Thursday, April 5, 2012

55 Years and Still Counting (HOW TO SURVIVE 55 YEARS OF MARRIAGE)

55 years ago today, a handsome bachelor from Cavite and a young midwife from Pampanga pledged their love and fidelity for each other with the Sacrament of Matrimony in the progressive town of Marbel, South Cotabato (now Koronadal City).

The man was the eldest of 5 while the woman was the eldest of 10.

How the two of them managed to be alive and sane after 55 years of fighting is something that even me cannot comprehend.

My parents are not the typical couple that you encounter everyday.  In fact, my family is not the typical family that you encounter everyday.  But then again, who can say what is typical and what's not?  What could be normal to some might not be normal to the rest of the human race.

As Jackie of 97.9 FM radio aptly put it:  "Lady, you've got 2 choices:  Remain single and regret it for the rest of your life or get married and wished you were dead."

I was driving when I heard this and I almost hit the car in front of me because I was laughing uncontrollably.

Until now, I still laugh whenever I think of this joke.

Back to my parents.  Below are weird tips on how to survive 55 years of marriage, based on what I learned from my authoritative father and vivacious mother.

1. According to my dear Tatay, he chose Nanay because he's the silent type and nanay's the type who loves talking and entertaining other people.  So if you're still single, choose someone you're opposite.

2.  My parents are exact opposites of each other.  Given a positive situation, my father will still find something negative about that situation.  Given a negative situation, my mother will surely find something positive about that situation.   I guess the cliche "love doesn't consist in looking at each other but in looking together in the same direction" didn't work for them.  They always look in opposite direction!

3.  Tatay turned 87 last Nov. and nanay will be 78 this May.  It's an advantage on my father's part because his wife is much younger than he is.  While he's already weak, his wife is still strong to take care of him.  So if you can find a partner 10 years younger than you, you're lucky!

The problem with them now is this:  At night tatay cannot stand the cold in their bedroom so he goes out to the living room to sleep.  That's the disadvantage of the big difference in age.  You won't grow old at the same time.  Hence, your adaptation to changes in temperature will also vary.  Funny how my father behaves now.  At night he goes out to the living room to sleep on the rocking chair but during the day, he stays inside the bedroom to eat his merienda because according to him, it is colder in the bedroom.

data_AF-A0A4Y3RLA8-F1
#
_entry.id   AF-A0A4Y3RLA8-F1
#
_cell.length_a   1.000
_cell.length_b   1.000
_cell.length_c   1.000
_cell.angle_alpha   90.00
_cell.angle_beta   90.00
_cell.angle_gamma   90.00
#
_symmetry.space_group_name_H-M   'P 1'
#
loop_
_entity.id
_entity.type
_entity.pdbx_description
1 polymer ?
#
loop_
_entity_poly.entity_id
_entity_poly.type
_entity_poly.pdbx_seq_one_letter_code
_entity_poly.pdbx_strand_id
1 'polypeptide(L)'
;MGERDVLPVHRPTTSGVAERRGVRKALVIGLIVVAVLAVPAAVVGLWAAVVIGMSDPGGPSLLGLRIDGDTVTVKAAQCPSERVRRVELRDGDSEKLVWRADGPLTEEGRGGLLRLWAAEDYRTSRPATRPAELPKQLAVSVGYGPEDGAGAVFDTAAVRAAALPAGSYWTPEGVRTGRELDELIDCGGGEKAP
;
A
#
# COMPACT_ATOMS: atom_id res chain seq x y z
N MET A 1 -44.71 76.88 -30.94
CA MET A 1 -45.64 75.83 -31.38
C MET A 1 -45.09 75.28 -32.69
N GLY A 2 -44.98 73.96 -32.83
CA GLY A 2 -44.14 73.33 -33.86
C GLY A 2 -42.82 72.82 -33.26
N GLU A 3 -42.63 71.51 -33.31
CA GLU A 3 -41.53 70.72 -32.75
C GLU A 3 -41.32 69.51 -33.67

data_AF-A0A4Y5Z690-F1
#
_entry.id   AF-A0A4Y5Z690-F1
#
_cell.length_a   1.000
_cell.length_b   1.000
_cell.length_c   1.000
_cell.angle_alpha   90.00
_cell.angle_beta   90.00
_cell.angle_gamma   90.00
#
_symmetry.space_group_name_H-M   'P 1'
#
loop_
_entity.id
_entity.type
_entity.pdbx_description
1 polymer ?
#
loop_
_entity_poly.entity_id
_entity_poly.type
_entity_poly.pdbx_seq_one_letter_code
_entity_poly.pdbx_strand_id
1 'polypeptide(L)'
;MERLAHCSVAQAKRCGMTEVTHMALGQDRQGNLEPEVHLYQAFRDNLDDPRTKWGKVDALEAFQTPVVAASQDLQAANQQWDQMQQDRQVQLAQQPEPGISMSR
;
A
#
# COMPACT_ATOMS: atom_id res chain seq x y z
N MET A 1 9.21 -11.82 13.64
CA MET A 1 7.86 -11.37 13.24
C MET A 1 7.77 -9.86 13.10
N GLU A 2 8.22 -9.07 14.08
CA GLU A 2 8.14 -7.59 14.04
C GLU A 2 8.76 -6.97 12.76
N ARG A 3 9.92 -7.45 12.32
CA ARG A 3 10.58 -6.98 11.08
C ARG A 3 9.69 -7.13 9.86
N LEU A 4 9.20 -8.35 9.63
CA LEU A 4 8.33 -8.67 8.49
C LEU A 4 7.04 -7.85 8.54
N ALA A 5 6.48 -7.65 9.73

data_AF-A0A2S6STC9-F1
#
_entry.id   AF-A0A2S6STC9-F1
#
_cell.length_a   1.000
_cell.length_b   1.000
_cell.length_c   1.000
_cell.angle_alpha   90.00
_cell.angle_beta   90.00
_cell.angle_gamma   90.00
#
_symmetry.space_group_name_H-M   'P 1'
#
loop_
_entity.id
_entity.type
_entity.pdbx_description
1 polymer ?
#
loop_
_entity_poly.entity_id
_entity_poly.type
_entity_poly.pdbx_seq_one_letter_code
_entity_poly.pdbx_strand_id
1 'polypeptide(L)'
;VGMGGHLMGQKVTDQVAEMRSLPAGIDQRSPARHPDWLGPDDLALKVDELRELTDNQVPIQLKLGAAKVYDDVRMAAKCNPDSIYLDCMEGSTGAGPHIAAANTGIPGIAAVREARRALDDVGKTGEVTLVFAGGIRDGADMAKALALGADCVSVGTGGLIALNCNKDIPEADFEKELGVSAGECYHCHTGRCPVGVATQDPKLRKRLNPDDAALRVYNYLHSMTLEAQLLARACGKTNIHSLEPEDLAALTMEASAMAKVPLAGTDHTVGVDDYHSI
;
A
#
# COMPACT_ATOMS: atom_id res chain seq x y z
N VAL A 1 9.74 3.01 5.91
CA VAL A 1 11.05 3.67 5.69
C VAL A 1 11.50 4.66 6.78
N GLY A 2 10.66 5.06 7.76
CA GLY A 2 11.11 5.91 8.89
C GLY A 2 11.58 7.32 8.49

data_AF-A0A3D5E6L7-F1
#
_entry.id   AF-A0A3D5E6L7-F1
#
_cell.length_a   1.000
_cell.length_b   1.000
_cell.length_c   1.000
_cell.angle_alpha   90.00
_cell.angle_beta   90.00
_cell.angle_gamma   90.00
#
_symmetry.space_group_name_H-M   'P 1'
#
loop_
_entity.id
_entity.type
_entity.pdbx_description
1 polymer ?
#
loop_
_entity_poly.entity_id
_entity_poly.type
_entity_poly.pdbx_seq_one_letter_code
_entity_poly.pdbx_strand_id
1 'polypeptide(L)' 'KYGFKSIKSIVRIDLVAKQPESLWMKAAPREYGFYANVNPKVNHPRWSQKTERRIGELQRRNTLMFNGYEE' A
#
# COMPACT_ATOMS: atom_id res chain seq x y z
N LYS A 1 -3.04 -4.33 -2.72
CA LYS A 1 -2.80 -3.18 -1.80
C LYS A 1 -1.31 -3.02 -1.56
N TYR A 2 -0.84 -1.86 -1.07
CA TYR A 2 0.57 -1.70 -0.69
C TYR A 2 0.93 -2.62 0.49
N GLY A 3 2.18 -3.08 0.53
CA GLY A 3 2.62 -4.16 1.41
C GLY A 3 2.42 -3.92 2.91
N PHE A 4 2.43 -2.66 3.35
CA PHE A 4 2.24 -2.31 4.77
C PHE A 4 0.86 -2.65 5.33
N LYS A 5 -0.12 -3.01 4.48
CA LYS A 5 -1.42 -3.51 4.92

4.  My parents don't agree on anything (well, almost!)  When he says its cold, she'll say its hot.  When he says its short, she'll say its long.  But when he says let's pray, she'll say yes, let's pray.

My advice is:  Agree to disagree.  Don't even dream of convincing your partner.  If you want something, ask for the opposite of what you want so in the end, you'll get what you want.

5.  Both of them are happily married.  Simply because they are happy with their own sets of friends.  Tatay used to have walking buddies, tennis mates, Charismatic brothers and sisters, and co-servers in the Special Ministry of the Eucharist.  Nanay on the other hand, enjoys the company of her staff and agents and fellow managers.

6.  In relation to no. 5, Tatay is now going through depression because some of his friends are no longer alive and he has been retired from his beloved Ministry while my mother is now adjusting from being a career woman to a simple housewife,  Life in our household has been crazy lately because of these kinks and transitions but as the saying goes . . . all these will pass.

While it's healthy to have friends who will support you through and through, your happiness should not solely depend on them.  Remember that your family will always be there to stick with you no matter what.

7.  My parents survived 55 years of marriage because they lived apart from each other.  No, they were not separated by choice.  Nanay was assigned in Pampanga and had to work there from Monday to Friday and stayed with us only during Saturdays and Sundays.  I used to believe that my mother will never retire from Management but by God's grace, she is technically retired -- officially!  Now that they are finally together in one roof, I will do everything in my power to prevent a civil war. (I badly need your prayers too!).  I don't know how to pull this off but I will.  I must.

8.  I don't know who said this but should be the guiding principle of every husband:  "the greatest gift a father could give his children is to be faithful to their mother."  For the past 55 years, my father never cheated on my mother.  How do I know?  Because my mother vowed that one wrong turn is enough for her to leave my father.  And they are still together now.

9.  My parents are like cats and dogs when they talk to each other.  A simple conversation always ends up in an argument.  But what I admire with them is this:  They forgive and forget.  The offender forgets the harsh words said, and the offended forgives naturally.

10.  If there's only one rule that could describe how a marriage survives 55 years, it is ACCEPTANCE.  Never try to change a person according to what you perceive him/her to be.  As my mother always say, you can no longer erase the black and white stripes of a zebra.

In closing, allow me to share with you these 3 guidelines (ABF) given to us by our new company president:

1.  Accept the Brutal Fact.
2.  Aspire for a Better Future.
3.  Act with Bold Faith.